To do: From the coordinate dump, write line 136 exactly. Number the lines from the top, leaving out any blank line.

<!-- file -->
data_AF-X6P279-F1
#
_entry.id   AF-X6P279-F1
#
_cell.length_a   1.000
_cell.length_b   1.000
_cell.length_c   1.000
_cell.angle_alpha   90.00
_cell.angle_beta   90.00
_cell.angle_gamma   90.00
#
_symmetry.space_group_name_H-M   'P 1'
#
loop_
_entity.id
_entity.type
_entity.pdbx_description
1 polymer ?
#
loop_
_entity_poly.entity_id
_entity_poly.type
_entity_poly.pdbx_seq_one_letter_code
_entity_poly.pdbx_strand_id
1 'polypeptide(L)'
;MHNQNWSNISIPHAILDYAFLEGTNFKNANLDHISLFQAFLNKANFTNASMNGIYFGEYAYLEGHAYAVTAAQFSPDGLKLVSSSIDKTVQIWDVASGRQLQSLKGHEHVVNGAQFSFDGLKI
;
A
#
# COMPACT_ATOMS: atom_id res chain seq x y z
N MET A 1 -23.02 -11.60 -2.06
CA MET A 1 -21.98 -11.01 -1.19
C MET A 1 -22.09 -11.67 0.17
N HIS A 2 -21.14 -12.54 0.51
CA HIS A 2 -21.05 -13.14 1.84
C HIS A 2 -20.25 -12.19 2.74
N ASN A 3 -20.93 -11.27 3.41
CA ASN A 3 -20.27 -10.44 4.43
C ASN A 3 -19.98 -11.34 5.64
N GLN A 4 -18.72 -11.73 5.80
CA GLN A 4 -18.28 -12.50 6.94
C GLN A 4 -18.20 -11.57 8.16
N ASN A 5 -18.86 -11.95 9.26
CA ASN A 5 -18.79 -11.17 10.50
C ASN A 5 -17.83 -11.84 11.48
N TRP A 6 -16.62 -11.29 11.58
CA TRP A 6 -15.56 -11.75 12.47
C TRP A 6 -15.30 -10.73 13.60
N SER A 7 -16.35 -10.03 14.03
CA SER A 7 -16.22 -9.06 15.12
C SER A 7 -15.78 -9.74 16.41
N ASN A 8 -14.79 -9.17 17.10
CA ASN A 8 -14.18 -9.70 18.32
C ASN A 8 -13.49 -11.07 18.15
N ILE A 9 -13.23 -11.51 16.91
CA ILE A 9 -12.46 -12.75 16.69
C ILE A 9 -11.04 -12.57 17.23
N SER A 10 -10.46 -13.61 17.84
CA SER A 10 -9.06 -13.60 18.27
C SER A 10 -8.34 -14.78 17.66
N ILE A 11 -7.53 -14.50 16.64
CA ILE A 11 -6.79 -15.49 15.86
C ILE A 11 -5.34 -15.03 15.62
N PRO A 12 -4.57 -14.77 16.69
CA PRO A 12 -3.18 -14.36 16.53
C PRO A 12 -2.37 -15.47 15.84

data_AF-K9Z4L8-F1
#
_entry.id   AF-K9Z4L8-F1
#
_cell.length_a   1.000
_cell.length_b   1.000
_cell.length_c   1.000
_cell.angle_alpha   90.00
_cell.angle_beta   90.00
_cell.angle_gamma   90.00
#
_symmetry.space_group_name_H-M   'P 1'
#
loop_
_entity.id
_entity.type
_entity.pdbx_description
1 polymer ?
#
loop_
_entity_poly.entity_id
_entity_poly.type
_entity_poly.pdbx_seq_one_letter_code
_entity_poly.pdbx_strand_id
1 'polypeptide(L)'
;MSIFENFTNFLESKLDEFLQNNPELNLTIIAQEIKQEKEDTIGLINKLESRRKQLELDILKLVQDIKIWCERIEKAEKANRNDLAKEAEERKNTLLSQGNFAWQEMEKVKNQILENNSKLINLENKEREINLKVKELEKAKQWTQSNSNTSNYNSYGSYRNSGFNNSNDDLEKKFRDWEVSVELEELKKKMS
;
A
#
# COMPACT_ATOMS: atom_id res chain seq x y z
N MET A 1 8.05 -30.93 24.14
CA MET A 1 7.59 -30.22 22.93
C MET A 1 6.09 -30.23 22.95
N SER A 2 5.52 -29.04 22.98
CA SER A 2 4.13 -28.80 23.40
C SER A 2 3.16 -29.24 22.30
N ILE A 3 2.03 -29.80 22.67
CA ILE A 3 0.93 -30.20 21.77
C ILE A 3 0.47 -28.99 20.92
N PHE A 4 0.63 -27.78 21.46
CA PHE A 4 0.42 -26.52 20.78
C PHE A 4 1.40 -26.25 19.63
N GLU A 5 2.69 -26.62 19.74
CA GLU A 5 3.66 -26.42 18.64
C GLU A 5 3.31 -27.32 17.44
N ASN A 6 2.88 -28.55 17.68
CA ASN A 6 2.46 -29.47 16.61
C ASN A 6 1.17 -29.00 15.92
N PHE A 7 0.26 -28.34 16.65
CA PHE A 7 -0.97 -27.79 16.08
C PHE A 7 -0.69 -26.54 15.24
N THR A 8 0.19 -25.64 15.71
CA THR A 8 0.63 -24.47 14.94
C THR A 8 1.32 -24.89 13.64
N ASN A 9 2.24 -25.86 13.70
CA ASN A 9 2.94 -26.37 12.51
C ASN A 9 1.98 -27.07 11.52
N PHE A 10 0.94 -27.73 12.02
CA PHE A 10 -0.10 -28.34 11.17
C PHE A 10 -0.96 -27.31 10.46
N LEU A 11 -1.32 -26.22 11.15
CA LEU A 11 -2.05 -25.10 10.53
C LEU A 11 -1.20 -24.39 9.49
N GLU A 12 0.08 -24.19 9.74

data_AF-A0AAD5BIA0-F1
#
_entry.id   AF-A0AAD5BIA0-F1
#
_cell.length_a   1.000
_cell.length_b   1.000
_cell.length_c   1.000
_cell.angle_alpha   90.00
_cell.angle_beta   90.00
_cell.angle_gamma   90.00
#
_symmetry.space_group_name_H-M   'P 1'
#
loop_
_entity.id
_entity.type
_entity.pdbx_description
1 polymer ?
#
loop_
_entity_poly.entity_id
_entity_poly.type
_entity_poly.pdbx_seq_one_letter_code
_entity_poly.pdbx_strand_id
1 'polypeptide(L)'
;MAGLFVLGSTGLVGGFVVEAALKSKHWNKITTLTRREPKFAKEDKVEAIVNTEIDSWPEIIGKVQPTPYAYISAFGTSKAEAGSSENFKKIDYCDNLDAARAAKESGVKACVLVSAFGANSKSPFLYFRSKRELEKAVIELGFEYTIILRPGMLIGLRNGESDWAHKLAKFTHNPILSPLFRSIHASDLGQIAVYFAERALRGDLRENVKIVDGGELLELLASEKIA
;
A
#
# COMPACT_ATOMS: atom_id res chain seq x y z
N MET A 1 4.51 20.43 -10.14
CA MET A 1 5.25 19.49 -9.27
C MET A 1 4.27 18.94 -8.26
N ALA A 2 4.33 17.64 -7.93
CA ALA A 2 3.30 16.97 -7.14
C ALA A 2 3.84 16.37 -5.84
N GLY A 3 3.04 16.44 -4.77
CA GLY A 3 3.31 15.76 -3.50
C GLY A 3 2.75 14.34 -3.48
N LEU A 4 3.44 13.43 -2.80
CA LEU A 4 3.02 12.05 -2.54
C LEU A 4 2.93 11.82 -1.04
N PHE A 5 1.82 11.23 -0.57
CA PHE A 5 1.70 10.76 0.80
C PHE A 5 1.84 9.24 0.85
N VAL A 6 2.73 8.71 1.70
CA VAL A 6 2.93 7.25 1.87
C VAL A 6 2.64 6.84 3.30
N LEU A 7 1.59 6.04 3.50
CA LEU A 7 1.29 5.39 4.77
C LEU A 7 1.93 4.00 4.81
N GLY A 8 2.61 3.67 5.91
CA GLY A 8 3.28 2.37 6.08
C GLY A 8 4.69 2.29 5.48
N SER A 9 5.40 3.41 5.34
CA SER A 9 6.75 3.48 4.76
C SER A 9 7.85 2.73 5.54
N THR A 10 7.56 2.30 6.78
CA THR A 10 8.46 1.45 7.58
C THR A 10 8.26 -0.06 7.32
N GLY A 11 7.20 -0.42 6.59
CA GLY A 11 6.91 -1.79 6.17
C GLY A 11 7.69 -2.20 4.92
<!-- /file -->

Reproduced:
_cell.length_b   1.000